In tasks that demand rapid performance, actions must be executed as efficiently as possible. Theories of expert motor performance such as the motor chunking framework suggest that efficiency is supported by automatization, where many serial actions are automatized into smaller chunks, or groups of commonly co-occuring actions. We use the fast-paced, professional eSport StarCraft 2 as a test case of the explanatory power of the motor chunking framework and assess the importance of chunks in explaining expert performance. To do so, we test three predictions motivated by a simple motor chunking framework. (1) StarCraft 2 players should exhibit an increasing number of chunks with expertise. (2) The proportion of actions falling within a chunk should increase with skill. (3) Chunks should be faster than non-chunks containing the same atomic behaviours. Although our findings support the existence of chunks, they also highlight two problems for existing accounts of rapid motor execution and expert performance. First, while better players do use more chunks, the proportion of actions within a chunks is stable across expertise and expert sequences are generally more varied (the diversity problem). Secondly, chunks, which are supposed to enjoy the most extreme automatization, appear to save little or no time overall (the time savings problem). Instead, the most parsimonious description of our latency analysis is that players become faster overall regardless of chunking.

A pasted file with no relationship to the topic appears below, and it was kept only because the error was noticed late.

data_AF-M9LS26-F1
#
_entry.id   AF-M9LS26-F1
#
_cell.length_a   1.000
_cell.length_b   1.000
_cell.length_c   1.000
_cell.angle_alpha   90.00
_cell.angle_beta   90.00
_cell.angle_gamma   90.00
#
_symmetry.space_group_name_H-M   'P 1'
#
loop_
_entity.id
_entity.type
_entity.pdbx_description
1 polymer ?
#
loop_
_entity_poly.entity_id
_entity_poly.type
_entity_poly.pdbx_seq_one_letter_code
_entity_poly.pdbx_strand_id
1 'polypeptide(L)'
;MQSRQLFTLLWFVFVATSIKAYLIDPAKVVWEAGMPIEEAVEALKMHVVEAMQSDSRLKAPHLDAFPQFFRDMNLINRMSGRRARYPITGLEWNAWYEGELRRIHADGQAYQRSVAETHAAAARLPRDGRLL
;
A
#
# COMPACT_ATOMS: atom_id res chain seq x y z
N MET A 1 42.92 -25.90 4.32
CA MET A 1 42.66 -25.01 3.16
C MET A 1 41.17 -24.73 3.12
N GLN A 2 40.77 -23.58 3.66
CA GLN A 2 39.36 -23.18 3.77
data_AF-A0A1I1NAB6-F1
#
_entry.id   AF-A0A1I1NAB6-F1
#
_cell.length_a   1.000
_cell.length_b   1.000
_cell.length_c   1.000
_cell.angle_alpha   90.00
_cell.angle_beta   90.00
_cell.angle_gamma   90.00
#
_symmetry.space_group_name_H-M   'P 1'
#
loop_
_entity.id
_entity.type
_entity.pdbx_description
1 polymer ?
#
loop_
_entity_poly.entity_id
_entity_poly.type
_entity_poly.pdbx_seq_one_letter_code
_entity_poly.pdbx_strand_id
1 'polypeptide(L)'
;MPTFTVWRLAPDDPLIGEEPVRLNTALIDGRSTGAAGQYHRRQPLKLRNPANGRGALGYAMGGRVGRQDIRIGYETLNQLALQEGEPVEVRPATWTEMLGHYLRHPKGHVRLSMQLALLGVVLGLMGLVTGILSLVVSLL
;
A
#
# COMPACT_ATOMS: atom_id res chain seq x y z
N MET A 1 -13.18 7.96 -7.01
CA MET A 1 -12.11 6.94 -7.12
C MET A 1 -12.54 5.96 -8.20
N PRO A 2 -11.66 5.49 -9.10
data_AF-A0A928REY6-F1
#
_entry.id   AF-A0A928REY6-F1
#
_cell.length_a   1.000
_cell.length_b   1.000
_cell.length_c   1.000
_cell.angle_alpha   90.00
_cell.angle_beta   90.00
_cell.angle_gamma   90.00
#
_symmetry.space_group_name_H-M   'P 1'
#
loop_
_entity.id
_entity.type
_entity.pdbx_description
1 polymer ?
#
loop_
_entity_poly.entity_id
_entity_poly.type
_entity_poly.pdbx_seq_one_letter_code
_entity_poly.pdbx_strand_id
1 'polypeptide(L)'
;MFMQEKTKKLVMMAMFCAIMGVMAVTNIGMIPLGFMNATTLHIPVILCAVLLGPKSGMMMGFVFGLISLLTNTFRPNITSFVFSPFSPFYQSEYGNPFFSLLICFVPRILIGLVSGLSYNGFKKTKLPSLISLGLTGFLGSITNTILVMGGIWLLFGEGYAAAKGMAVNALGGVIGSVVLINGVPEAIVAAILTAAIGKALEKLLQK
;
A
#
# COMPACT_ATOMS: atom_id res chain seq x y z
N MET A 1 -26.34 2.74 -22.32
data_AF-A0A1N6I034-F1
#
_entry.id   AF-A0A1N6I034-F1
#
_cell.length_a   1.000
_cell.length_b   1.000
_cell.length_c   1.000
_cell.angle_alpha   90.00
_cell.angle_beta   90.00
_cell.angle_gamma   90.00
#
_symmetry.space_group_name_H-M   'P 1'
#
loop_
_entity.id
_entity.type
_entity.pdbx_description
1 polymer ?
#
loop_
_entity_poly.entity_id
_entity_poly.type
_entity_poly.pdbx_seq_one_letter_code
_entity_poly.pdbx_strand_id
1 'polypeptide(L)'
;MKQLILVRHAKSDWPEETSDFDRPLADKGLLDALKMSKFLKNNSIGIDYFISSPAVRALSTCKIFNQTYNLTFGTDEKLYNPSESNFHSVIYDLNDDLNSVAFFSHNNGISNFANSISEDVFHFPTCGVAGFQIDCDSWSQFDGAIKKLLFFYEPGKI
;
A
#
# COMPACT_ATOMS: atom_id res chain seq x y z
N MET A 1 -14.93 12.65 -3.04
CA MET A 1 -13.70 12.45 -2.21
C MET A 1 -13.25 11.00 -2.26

Thompson JJ, McColeman CM, Blair MR, Henrey AJ (2019) Classic motor chunking theory fails to account for behavioural diversity and speed in a complex naturalistic task. PLoS ONE 14(6): e0218251. DOI: 10.1371/journal.pone.0218251.
Classic Motor Chunking Theory Fails To Account for Behavioural Diversity and Speed in a Complex Naturalistic Task
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